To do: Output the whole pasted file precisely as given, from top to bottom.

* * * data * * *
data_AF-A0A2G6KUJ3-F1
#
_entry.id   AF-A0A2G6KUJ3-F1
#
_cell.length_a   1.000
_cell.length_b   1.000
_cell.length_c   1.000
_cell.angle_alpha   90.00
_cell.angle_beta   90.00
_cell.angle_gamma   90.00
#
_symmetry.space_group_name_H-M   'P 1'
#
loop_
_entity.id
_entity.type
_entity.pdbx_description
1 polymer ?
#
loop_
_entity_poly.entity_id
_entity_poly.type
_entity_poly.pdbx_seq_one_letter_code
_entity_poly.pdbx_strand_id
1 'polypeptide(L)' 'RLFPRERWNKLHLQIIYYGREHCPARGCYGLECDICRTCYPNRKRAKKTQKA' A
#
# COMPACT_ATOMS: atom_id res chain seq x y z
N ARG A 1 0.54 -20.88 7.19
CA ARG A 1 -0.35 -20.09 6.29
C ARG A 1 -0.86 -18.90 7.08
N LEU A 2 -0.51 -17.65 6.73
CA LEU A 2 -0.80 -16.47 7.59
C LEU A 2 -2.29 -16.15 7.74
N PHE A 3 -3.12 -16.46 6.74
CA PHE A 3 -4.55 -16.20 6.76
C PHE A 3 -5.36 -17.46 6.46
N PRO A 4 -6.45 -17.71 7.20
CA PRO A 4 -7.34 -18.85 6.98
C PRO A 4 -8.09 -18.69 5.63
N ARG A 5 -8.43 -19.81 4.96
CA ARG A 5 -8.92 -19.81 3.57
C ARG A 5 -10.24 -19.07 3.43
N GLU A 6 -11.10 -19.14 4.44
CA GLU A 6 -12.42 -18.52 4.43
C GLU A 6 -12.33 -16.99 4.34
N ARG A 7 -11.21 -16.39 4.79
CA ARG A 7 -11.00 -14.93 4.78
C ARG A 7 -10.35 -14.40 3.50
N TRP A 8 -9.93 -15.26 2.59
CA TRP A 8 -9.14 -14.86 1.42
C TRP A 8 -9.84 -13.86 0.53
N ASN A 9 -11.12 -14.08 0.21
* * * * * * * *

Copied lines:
data_AF-A0A2G6KUJ3-F1
#
_entry.id   AF-A0A2G6KUJ3-F1
#
_cell.length_a   1.000
_cell.length_b   1.000
_cell.length_c   1.000
_cell.angle_alpha   90.00
_cell.angle_beta   90.00
_cell.angle_gamma   90.00
#
_symmetry.space_group_name_H-M   'P 1'
#
loop_
_entity.id
_entity.type
_entity.pdbx_description
1 polymer ?
#
loop_
_entity_poly.entity_id
_entity_poly.type
_entity_poly.pdbx_seq_one_letter_code
_entity_poly.pdbx_strand_id
1 'polypeptide(L)' 'RLFPRERWNKLHLQIIYYGREHCPARGCYGLECDICRTCYPNRKRAKKTQKA' A
#
# COMPACT_ATOMS: atom_id res chain seq x y z
N ARG A 1 0.54 -20.88 7.19
CA ARG A 1 -0.35 -20.09 6.29
C ARG A 1 -0.86 -18.90 7.08
N LEU A 2 -0.51 -17.65 6.73
CA LEU A 2 -0.80 -16.47 7.59
C LEU A 2 -2.29 -16.15 7.74
N PHE A 3 -3.12 -16.46 6.74
CA PHE A 3 -4.55 -16.20 6.76
C PHE A 3 -5.36 -17.46 6.46
N PRO A 4 -6.45 -17.71 7.20
CA PRO A 4 -7.34 -18.85 6.98
C PRO A 4 -8.09 -18.69 5.63
N ARG A 5 -8.43 -19.81 4.96
CA ARG A 5 -8.92 -19.81 3.57
C ARG A 5 -10.24 -19.07 3.43
N GLU A 6 -11.10 -19.14 4.44
CA GLU A 6 -12.42 -18.52 4.43
C GLU A 6 -12.33 -16.99 4.34
N ARG A 7 -11.21 -16.39 4.79
CA ARG A 7 -11.00 -14.93 4.78
C ARG A 7 -10.35 -14.40 3.50
N TRP A 8 -9.93 -15.26 2.59
CA TRP A 8 -9.14 -14.86 1.42
C TRP A 8 -9.84 -13.86 0.53
N ASN A 9 -11.12 -14.08 0.21